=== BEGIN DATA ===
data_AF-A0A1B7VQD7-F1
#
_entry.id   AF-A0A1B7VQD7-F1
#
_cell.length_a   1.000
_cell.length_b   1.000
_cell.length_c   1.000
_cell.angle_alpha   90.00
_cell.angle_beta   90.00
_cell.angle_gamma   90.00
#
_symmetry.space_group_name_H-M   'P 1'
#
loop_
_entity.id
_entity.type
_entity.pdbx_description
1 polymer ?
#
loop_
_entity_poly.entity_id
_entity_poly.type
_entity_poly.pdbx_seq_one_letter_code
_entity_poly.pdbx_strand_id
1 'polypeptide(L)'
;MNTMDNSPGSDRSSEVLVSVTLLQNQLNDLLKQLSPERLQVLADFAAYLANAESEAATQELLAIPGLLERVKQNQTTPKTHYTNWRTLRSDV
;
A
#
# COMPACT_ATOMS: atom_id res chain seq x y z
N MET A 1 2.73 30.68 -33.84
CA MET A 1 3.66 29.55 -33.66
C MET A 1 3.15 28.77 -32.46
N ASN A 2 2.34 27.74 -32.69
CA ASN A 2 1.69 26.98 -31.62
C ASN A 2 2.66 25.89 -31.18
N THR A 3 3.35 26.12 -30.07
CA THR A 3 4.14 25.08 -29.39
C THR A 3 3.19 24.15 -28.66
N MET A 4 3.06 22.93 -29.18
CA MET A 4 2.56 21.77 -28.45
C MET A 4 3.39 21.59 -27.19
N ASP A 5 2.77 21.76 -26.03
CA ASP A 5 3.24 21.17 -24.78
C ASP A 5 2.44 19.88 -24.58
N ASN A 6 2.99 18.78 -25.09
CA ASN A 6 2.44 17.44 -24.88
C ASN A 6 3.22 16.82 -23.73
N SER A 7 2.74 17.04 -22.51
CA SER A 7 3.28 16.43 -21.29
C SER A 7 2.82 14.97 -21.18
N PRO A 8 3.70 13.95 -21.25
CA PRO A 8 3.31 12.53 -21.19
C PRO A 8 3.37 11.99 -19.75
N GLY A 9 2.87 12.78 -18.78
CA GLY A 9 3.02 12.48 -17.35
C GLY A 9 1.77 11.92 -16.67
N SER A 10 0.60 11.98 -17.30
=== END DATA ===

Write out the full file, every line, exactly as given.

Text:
data_AF-A0A1B7VQD7-F1
#
_entry.id   AF-A0A1B7VQD7-F1
#
_cell.length_a   1.000
_cell.length_b   1.000
_cell.length_c   1.000
_cell.angle_alpha   90.00
_cell.angle_beta   90.00
_cell.angle_gamma   90.00
#
_symmetry.space_group_name_H-M   'P 1'
#
loop_
_entity.id
_entity.type
_entity.pdbx_description
1 polymer ?
#
loop_
_entity_poly.entity_id
_entity_poly.type
_entity_poly.pdbx_seq_one_letter_code
_entity_poly.pdbx_strand_id
1 'polypeptide(L)'
;MNTMDNSPGSDRSSEVLVSVTLLQNQLNDLLKQLSPERLQVLADFAAYLANAESEAATQELLAIPGLLERVKQNQTTPKTHYTNWRTLRSDV
;
A
#
# COMPACT_ATOMS: atom_id res chain seq x y z
N MET A 1 2.73 30.68 -33.84
CA MET A 1 3.66 29.55 -33.66
C MET A 1 3.15 28.77 -32.46
N ASN A 2 2.34 27.74 -32.69
CA ASN A 2 1.69 26.98 -31.62
C ASN A 2 2.66 25.89 -31.18
N THR A 3 3.35 26.12 -30.07
CA THR A 3 4.14 25.08 -29.39
C THR A 3 3.19 24.15 -28.66
N MET A 4 3.06 22.93 -29.18
CA MET A 4 2.56 21.77 -28.45
C MET A 4 3.39 21.59 -27.19
N ASP A 5 2.77 21.76 -26.03
CA ASP A 5 3.24 21.17 -24.78
C ASP A 5 2.44 19.88 -24.58
N ASN A 6 2.99 18.78 -25.09
CA ASN A 6 2.44 17.44 -24.88
C ASN A 6 3.22 16.82 -23.73
N SER A 7 2.74 17.04 -22.51
CA SER A 7 3.28 16.43 -21.29
C SER A 7 2.82 14.97 -21.18
N PRO A 8 3.70 13.95 -21.25
CA PRO A 8 3.31 12.53 -21.19
C PRO A 8 3.37 11.99 -19.75
N GLY A 9 2.87 12.78 -18.78
CA GLY A 9 3.02 12.48 -17.35
C GLY A 9 1.77 11.92 -16.67
N SER A 10 0.60 11.98 -17.30